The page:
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  1. #1
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    "Sleep of Death" on Surface Book: What the Problem Is and How Microsoft Should Resolve It

    As the Windows Secrets Lounge knows, I'm an owner of a Surface Book that's had my share of issues with the Surface Book when waking the device from sleep. Some of these issues stemmed from a bad firmware version on the Surface Dock (in which Microsoft has promised a firmware update for the Surface Dock), and some of these did stem from issues with specific drivers needing a reinstall (which I have done).

    However, it seems the "Sleep of Death" issue continues to re-surface (no pun intended) from time to time, this time now occurring more frequently after installing the Windows 10 Creators Update.
    While Microsoft claimed to have resolved the "Sleep of Death" issues with Surface Book devices in a firmware update last year, unfortunately, I can confirm this issue isn't fully resolved by any long shot.

    I'm not the only one who has experienced consistent "Sleep of Death" issues with the Surface Book. This article explains the nightmare others have faced with this issue.

    After endless frustration with the issue and loads of researching, I finally stumbled on this excellent article explaining the root cause of the issue and why "Sleep of Death" continues to be an issue for Surface Book owners.

    Here's the issue in a nutshell:

    Most Windows PC's support what is referred to as "traditional sleep mode", also known as "S3". The Surface Book, however, uses what Microsoft refers to as "Modern Standby", also known as "S0ix". This allows the Surface Book to function more like an ARM-powered smartphone or tablet while in sleep mode, as the article mentions "dripping" data to the Surface Book while it is in sleep mode.

    Most PC manufacturers avoid using "Modern Standby" or "S0ix" for a good reason: it's extremely unreliable. Sometimes it functions, and other times it messes up, and when it does mess up, the result is a mess of hard reboots, spending time in Reliability Monitor trying to discern the issue, reading BSOD logs, etc.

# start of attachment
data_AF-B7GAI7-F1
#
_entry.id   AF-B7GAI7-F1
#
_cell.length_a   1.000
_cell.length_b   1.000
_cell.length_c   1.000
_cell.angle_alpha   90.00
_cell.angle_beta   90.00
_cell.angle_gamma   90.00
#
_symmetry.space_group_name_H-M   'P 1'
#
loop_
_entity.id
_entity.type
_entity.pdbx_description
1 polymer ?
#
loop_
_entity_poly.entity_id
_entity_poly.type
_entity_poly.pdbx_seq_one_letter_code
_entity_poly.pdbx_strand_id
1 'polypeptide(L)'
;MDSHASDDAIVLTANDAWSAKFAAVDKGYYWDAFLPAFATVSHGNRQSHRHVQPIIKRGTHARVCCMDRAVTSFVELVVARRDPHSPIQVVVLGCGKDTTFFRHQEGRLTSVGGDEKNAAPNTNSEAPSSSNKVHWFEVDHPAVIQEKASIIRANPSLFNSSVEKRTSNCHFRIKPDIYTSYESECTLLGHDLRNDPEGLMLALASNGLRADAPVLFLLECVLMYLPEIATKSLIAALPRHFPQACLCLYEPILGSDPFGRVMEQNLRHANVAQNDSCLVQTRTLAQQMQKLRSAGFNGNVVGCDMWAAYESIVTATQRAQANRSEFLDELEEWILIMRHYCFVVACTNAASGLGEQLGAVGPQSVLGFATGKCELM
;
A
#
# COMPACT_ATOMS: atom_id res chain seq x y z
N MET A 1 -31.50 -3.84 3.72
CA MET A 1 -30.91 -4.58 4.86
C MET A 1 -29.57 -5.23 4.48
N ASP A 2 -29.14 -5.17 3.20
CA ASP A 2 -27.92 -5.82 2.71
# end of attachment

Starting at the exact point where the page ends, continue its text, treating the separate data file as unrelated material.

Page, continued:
The good news is there is a temporary workaround Surface Book owners can use to avoid using "Modern Standby" or "S0ix". There is one (and only one) fallback option in Windows available to Surface Book owners referred to as "Hibernate", also known as "S4". However, it does not appear on the Windows 10 start menu by default. Only sleep appears.

    The first step a person will want to do in order to ensure "Hibernate" is turned on one's Surface Book is to go to Command Prompt, right-click on Command Prompt and Run as Administrator, then enter the following command:

    powercfg -h on

    Next, Open Control Panel, go to Hardware and Sound, then Power Options. Select Change Plan Settings next to balanced.

    At the moment, I have both Turn Off the Display and Put the Computer to Sleep for both Battery and Plugged In set to Never. This ensures the Surface Book will not go into sleep mode, as well as with the Creators Update, even turning the screen off automatically at times causes the Surface Book to freeze (in addition to putting the Surface Book to sleep).

    You'll want to save those changes, then select Choose What the Power Buttons Do. Select Change Settings that Are Currently Unavailable. I recommend disabling both "Sleep" and "Turn on Fast Start", as Fast Start has caused issues with me in the past as well when booting my Surface Book. You'll want to enable "Hibernate". Save those changes.

    You'll want to go back to Change Plan Settings next to Balanced. You'll then want to select Change Advanced Power Settings. Under Power Buttons and Lid, I recommending all Lid close, Power button, and Sleep button options to Hibernate.

    This will allow you to hibernate your Surface Book through the start menu, power button, or when closing the lid.

    In terms of turning off your computer screen, since turning off the computer screen is way too unreliable on Surface Book devices on the Creators Update, I recommend using a screensaver instead. It isn't as energy-efficient as turning off your computer screen, but it's better than having a static image sitting on one's screen while one is away from their Surface Book for a short time (such as while at lunch).